• David Reis, CEO, DEI Worldwide and Founding Member of WOMMA (Word of Mouth Marketing Association)
  • Justin Goldsborough, Social Media Manager, Sprint
  • Ann Glenn, Senior Web Producer, Sony Pictures Imageworks Interactive
  • Tony Adam, SEO Manager, Yahoo
  • Ricardo Bueno, Blog Director, Real Estate Tomato
  • Renée Barrett, Principal of Awareness, Action, Accountability
  • Karl Kasca, CEO, Kasca & Associates

Of those listed above,  PowerPoint presentations are available online from the following individuals (via SlideShare):

Beverly Macy, Managing Partner, Y & M Partners

Rodney Rumford, CEO, Gravitational Media

David Reis, CEO, DEI Worldwide and Founding Member of WOMMA (Word of Mouth Marketing Association)

Justin Goldsborough, Social Media Manager, Sprint

Ann Glenn, Senior Web Producer, Sony Pictures Imageworks Interactive

Tony Adam, SEO Manager, Yahoo

365 Days: 87/365 (February 25, 2009) [Matthew Gilbert and Justin Goldsborough at UCLA Gravity Summit]The event presented a tremendous opportunity for attendees to learn with and from each other.

I actually tweeted a good portion of the event live as it happened while sitting alongside Justin Goldsboroughfrom Sprint who was doing the same (as were several other attendees — all using the official Twitter hashtag: #gravsum).

This generated complimentary online discourse while the presenters simultaneously shared their information in person. Warren Sukernek of Radian6 engaged me at one point and I also connected with Carol A. Stevenson, a public relations professional and fellow Santa Clarita, CA resident who introduced herself to me from across the room!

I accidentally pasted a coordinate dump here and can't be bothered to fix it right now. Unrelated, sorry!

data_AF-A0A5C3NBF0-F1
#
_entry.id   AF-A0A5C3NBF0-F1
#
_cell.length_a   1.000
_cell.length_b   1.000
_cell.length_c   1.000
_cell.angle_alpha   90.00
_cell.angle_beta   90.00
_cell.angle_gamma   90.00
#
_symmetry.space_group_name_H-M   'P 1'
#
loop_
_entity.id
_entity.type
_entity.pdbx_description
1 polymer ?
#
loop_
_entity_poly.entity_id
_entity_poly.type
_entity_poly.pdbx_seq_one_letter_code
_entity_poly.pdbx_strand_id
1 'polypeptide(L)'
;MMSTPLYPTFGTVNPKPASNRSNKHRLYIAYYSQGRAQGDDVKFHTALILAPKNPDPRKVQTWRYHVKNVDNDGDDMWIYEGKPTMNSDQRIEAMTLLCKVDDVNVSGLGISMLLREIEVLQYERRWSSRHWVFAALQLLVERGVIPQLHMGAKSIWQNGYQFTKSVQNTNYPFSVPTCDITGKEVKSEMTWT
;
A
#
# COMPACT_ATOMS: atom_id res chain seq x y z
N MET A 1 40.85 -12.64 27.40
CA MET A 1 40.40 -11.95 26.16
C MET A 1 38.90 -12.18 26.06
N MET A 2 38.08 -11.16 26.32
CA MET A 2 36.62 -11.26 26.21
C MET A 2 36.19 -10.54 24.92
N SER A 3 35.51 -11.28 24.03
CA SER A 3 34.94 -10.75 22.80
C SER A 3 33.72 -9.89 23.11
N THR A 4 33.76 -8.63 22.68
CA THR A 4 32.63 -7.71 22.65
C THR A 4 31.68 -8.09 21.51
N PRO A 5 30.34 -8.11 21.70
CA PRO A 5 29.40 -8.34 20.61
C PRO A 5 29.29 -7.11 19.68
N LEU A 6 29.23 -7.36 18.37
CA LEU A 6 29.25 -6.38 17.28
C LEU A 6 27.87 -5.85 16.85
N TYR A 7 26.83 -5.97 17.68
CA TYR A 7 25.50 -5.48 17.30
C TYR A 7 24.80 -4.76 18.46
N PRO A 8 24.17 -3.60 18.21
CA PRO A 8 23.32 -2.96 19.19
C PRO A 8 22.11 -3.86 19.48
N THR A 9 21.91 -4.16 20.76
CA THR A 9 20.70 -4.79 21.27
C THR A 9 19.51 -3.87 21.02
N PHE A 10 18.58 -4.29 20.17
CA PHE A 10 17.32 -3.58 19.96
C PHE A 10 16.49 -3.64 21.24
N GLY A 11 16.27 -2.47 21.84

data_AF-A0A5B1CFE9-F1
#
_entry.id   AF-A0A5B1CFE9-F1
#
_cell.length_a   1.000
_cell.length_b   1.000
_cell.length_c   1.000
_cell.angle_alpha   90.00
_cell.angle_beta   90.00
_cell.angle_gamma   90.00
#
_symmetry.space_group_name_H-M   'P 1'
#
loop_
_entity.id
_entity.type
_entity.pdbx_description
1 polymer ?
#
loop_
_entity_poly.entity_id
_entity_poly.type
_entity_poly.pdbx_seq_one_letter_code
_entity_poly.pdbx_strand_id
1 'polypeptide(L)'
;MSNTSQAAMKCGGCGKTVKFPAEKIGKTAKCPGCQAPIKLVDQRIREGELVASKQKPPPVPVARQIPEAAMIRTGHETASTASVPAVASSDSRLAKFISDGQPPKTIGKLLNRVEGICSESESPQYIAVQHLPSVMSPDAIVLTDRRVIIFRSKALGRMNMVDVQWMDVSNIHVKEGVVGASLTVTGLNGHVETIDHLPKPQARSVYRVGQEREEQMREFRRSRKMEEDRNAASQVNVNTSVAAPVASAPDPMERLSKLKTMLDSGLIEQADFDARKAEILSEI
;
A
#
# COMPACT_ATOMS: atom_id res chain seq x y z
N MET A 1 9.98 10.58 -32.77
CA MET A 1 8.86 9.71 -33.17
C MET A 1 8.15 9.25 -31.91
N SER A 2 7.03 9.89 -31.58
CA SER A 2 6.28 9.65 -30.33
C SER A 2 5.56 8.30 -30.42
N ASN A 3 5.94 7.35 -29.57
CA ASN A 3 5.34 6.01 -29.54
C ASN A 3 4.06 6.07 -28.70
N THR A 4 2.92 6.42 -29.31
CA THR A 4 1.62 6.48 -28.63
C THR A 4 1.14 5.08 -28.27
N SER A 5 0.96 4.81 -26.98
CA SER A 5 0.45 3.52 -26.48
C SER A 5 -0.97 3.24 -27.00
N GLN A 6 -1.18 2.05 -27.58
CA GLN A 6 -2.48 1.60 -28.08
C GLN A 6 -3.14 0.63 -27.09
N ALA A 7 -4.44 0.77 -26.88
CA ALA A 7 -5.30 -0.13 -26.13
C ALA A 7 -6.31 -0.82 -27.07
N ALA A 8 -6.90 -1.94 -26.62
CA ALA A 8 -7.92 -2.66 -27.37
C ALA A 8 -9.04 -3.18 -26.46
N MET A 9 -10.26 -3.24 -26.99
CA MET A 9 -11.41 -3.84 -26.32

By all accounts, the inaugural Gravity Summit was considered a great success — especially by co-founder Beverly Macy.

“We were able to build a brand in 60 days,” she noted. “We started planning the Gravity Summit event in late December 2008 and after the event we were quoted in the Wall Street Journal online. That’s the power of social media and specifically Twitter.  We ‘tweeted’ our way to the Wall Street Journal.”

Ricardo Bueno and Matthew Gilbert at UCLA Gravity Summit on February 25, 2009The next Gravity Summit will be held on May 5, 2009 at Stanford University and another is in the works for Harvard University in the fall.

Notably, the Stanford event was originally planned for June but it was moved ahead one month due to significant demand.

“At the conclusion of the UCLA event, we realized the overwhelming need for social media marketing thought leadership in the business community, so we moved the date up by one month,” Macy added.

Importantly, registration for the Stanford event is extremely limited: less that 100 registrations will be accepted. However, a new option for this session is live online participation!